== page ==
I operationalize my philosophy of teaching by assigning compositions that seek to address a specific problem in society. In a classroom focused on academic composing, assignments focus on solving a public problem. In a classroom focused on business and professional communication, assignments focus on professional and workplace problems that need to be solved. In both contexts, I seek to create assignments that students have agency to shape to problems and situations in their field, major, discipline, profession, or area of interest. I also encourage open conversations about social and political issues, providing opportunities for students to make and support their own claims about contemporary issues and policies and to challenge claims made around these issues by others, either in our beyond the classroom walls. These conversations are planned around assignments toward scaffolding composing experiences from the conceptual to the practical. I facilitate classroom and online conversations; given my preference for technology-mediated classrooms, I include online discussion expectations in classroom-based, in-class/online hybrid, and online learning environments.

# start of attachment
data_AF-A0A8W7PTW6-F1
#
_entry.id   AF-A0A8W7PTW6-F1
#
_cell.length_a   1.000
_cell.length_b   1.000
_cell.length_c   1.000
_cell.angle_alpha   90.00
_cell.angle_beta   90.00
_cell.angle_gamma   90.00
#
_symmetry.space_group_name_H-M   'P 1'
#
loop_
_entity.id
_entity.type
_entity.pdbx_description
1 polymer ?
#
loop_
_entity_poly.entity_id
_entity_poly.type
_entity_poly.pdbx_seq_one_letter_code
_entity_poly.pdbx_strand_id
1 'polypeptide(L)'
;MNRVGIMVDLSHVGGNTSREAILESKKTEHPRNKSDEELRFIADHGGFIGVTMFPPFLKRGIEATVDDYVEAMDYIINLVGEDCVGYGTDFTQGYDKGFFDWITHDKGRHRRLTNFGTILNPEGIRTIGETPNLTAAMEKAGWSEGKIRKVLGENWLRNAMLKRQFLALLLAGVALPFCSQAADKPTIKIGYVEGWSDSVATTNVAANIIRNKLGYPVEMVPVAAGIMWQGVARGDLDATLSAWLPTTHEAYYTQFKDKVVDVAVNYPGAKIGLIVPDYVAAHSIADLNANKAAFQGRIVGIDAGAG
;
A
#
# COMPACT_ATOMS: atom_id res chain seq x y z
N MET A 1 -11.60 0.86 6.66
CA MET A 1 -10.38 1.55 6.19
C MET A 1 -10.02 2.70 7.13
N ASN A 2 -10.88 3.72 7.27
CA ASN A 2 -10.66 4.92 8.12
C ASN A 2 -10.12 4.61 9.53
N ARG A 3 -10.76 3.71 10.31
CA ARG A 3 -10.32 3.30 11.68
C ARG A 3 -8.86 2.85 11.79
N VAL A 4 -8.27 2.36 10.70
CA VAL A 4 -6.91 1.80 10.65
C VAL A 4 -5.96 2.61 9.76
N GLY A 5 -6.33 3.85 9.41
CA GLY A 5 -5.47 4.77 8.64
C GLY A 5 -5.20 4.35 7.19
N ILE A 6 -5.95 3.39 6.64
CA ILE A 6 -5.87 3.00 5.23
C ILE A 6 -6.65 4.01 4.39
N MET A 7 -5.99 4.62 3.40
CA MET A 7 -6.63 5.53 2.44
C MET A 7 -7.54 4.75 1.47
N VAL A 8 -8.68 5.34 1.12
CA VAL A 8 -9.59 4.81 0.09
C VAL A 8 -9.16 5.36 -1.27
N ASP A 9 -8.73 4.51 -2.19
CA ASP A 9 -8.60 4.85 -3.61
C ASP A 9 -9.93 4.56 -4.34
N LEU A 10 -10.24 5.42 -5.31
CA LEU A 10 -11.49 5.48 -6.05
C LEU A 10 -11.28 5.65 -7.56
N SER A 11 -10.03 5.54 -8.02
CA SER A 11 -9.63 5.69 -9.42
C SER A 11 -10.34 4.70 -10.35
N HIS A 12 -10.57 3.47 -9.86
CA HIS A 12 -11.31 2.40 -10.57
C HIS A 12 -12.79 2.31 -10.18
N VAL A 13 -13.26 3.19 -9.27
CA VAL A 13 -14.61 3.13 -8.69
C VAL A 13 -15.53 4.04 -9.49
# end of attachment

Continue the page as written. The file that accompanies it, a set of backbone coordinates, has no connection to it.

I seek to improve instruction with every class I teach. Beyond formal course evaluations, I provide time and space for students to share what worked and didn’t work in each class I teach. While power differentials between teacher and students necessarily color feedback, I am pleasantly and regularly pleased that students willingly provide honest critical feedback when asked. I trust and believe this comes as a result of facilitating a community of learners in which all voices, including dissenting opinions, are not hushed, but heard and valued. I reflect on feedback I receive and combine it with personal reflections on students’ progress to adjust learning activities, instructional design, assessment rubrics, teaching style and mode, and the syllabus to ensure improvement. I seek improved pedagogies with each passing semester, and I actively seek them out when they are not immediately forthcoming from feedback or reflection. I seek out teachable moments, whether they come from campus lectures or events, blog posts or news items, emerging scholarship, conferences sessions, colleagues and students themselves, and look to incorporate them into classroom discussions, readings, and assignments when possible. I seek to adapt to student needs, to adapt to the teaching environment, and to adapt to the contexts in which instruction occurs — political, economic, social, emotional, and intellectual — in each class I teach.